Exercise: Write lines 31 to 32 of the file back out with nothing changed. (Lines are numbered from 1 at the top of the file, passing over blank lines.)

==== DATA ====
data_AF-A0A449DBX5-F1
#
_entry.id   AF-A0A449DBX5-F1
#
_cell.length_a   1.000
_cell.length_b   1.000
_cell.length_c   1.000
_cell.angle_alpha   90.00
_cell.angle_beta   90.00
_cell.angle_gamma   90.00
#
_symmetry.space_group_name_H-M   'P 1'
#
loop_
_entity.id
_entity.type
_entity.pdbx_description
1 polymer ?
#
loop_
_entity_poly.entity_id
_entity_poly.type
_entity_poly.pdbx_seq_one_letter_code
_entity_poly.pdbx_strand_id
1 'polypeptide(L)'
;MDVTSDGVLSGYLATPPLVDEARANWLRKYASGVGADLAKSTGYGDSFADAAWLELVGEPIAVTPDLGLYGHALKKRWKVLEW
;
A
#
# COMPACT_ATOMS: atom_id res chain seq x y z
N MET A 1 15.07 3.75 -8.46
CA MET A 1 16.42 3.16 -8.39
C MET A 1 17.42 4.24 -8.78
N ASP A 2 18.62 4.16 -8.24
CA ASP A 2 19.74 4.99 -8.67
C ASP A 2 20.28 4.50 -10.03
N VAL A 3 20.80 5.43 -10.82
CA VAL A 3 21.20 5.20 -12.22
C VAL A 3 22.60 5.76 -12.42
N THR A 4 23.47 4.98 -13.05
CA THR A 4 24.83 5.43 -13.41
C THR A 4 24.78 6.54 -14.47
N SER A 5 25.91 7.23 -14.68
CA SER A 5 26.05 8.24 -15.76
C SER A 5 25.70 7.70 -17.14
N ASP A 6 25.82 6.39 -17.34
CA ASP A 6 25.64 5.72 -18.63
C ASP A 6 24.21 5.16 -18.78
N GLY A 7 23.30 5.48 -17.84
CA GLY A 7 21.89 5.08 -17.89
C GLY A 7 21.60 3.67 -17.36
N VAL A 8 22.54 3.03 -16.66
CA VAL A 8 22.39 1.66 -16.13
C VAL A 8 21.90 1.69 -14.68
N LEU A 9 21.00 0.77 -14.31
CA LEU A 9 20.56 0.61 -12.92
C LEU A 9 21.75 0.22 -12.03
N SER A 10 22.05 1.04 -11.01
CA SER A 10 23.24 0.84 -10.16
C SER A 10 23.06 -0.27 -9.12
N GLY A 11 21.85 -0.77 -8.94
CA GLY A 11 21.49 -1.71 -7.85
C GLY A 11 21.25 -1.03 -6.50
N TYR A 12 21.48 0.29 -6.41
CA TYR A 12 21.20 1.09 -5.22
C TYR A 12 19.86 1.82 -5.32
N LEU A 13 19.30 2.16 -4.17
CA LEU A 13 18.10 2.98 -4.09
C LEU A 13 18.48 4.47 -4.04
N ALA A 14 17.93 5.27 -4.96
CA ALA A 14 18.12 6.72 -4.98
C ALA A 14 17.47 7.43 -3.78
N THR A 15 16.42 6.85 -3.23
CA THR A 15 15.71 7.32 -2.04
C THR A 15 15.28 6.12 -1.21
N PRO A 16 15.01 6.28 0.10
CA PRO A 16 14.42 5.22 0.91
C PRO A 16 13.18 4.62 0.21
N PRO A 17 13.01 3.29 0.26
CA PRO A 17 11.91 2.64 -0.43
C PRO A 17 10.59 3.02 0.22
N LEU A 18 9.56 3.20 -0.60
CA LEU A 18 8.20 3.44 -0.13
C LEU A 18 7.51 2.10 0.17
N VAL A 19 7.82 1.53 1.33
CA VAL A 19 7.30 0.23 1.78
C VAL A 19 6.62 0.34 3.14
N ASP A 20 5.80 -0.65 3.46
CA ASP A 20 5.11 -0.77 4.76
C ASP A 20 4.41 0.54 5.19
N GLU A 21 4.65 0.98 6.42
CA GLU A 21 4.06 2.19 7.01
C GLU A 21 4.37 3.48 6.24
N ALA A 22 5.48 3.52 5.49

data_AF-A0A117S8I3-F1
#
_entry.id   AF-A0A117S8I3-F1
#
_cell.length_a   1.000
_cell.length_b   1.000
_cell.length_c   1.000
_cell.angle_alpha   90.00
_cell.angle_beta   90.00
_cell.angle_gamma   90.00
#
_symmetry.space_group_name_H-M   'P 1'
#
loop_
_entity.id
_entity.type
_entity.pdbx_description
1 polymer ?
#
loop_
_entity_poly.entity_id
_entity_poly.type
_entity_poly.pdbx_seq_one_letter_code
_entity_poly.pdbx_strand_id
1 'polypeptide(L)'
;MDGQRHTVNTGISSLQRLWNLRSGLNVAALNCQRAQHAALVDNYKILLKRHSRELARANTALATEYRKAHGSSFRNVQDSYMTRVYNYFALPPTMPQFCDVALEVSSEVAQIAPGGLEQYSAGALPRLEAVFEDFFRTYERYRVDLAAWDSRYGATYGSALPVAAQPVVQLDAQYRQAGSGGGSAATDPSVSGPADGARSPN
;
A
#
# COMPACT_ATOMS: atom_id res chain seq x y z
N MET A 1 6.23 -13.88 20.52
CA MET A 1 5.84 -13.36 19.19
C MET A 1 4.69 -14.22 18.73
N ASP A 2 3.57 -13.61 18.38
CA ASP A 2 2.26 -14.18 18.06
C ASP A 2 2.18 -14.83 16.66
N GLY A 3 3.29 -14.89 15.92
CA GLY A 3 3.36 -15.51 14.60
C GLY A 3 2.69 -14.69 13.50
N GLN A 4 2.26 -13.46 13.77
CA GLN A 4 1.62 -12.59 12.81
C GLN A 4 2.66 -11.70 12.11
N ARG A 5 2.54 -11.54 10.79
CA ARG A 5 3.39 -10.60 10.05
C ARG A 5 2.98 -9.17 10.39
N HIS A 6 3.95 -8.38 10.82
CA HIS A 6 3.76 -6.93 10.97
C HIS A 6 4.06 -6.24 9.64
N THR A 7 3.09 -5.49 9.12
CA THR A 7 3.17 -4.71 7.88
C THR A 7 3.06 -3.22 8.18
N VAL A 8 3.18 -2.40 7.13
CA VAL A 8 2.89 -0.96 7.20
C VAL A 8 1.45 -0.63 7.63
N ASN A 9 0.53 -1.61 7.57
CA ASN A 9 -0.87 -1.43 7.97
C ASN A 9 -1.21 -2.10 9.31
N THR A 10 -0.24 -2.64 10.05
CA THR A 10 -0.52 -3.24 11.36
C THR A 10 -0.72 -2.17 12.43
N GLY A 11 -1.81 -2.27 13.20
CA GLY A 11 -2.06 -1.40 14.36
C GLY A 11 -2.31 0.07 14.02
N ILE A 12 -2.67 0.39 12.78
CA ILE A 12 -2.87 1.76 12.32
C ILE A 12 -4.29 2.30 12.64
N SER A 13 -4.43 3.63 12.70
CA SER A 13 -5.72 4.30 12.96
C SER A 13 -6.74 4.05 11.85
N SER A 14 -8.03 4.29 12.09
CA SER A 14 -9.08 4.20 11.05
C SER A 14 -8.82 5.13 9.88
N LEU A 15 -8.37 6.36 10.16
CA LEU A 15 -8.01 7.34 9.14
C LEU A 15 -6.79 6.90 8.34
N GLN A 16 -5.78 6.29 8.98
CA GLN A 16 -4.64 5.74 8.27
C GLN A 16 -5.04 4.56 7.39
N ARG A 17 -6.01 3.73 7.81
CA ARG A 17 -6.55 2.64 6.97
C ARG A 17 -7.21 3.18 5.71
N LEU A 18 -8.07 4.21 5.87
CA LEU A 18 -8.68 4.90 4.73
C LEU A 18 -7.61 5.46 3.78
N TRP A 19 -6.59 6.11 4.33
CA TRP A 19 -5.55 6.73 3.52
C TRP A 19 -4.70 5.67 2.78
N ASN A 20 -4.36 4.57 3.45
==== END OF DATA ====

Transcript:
N MET A 1 15.07 3.75 -8.46
CA MET A 1 16.42 3.16 -8.39